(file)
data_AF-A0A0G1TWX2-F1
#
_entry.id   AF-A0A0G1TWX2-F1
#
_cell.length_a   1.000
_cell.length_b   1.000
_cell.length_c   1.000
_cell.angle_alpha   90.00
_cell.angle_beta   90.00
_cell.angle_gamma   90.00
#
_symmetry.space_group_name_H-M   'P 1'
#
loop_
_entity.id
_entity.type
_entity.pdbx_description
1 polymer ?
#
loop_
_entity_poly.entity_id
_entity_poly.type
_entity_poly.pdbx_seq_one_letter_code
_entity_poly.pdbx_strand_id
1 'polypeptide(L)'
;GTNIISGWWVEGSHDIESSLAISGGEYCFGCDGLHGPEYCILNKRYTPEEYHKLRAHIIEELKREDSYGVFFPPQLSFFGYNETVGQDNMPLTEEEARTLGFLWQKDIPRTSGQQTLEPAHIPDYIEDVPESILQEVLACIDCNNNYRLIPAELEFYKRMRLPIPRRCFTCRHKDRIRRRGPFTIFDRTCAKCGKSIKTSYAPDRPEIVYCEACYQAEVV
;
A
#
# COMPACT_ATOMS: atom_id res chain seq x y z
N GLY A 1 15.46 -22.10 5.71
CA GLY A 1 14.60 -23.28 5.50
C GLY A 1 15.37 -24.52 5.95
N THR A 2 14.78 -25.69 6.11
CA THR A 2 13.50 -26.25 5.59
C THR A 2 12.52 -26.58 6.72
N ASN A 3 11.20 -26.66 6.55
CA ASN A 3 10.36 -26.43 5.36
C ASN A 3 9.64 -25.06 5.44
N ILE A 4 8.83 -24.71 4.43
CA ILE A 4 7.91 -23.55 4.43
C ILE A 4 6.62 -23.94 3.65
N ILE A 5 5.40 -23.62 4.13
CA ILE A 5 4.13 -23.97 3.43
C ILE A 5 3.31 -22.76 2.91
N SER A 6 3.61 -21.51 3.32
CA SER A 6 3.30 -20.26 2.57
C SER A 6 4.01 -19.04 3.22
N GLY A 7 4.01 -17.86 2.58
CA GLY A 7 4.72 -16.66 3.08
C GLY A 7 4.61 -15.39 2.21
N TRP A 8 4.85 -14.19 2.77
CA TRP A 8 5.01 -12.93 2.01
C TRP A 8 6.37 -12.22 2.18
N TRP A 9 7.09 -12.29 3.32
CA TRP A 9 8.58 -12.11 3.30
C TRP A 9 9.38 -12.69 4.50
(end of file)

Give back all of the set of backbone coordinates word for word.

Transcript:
data_AF-A0A0G1TWX2-F1
#
_entry.id   AF-A0A0G1TWX2-F1
#
_cell.length_a   1.000
_cell.length_b   1.000
_cell.length_c   1.000
_cell.angle_alpha   90.00
_cell.angle_beta   90.00
_cell.angle_gamma   90.00
#
_symmetry.space_group_name_H-M   'P 1'
#
loop_
_entity.id
_entity.type
_entity.pdbx_description
1 polymer ?
#
loop_
_entity_poly.entity_id
_entity_poly.type
_entity_poly.pdbx_seq_one_letter_code
_entity_poly.pdbx_strand_id
1 'polypeptide(L)'
;GTNIISGWWVEGSHDIESSLAISGGEYCFGCDGLHGPEYCILNKRYTPEEYHKLRAHIIEELKREDSYGVFFPPQLSFFGYNETVGQDNMPLTEEEARTLGFLWQKDIPRTSGQQTLEPAHIPDYIEDVPESILQEVLACIDCNNNYRLIPAELEFYKRMRLPIPRRCFTCRHKDRIRRRGPFTIFDRTCAKCGKSIKTSYAPDRPEIVYCEACYQAEVV
;
A
#
# COMPACT_ATOMS: atom_id res chain seq x y z
N GLY A 1 15.46 -22.10 5.71
CA GLY A 1 14.60 -23.28 5.50
C GLY A 1 15.37 -24.52 5.95
N THR A 2 14.78 -25.69 6.11
CA THR A 2 13.50 -26.25 5.59
C THR A 2 12.52 -26.58 6.72
N ASN A 3 11.20 -26.66 6.55
CA ASN A 3 10.36 -26.43 5.36
C ASN A 3 9.64 -25.06 5.44
N ILE A 4 8.83 -24.71 4.43
CA ILE A 4 7.91 -23.55 4.43
C ILE A 4 6.62 -23.94 3.65
N ILE A 5 5.40 -23.62 4.13
CA ILE A 5 4.13 -23.97 3.43
C ILE A 5 3.31 -22.76 2.91
N SER A 6 3.61 -21.51 3.32
CA SER A 6 3.30 -20.26 2.57
C SER A 6 4.01 -19.04 3.22
N GLY A 7 4.01 -17.86 2.58
CA GLY A 7 4.72 -16.66 3.08
C GLY A 7 4.61 -15.39 2.21
N TRP A 8 4.85 -14.19 2.77
CA TRP A 8 5.01 -12.93 2.01
C TRP A 8 6.37 -12.22 2.18
N TRP A 9 7.09 -12.29 3.32
CA TRP A 9 8.58 -12.11 3.30
C TRP A 9 9.38 -12.69 4.50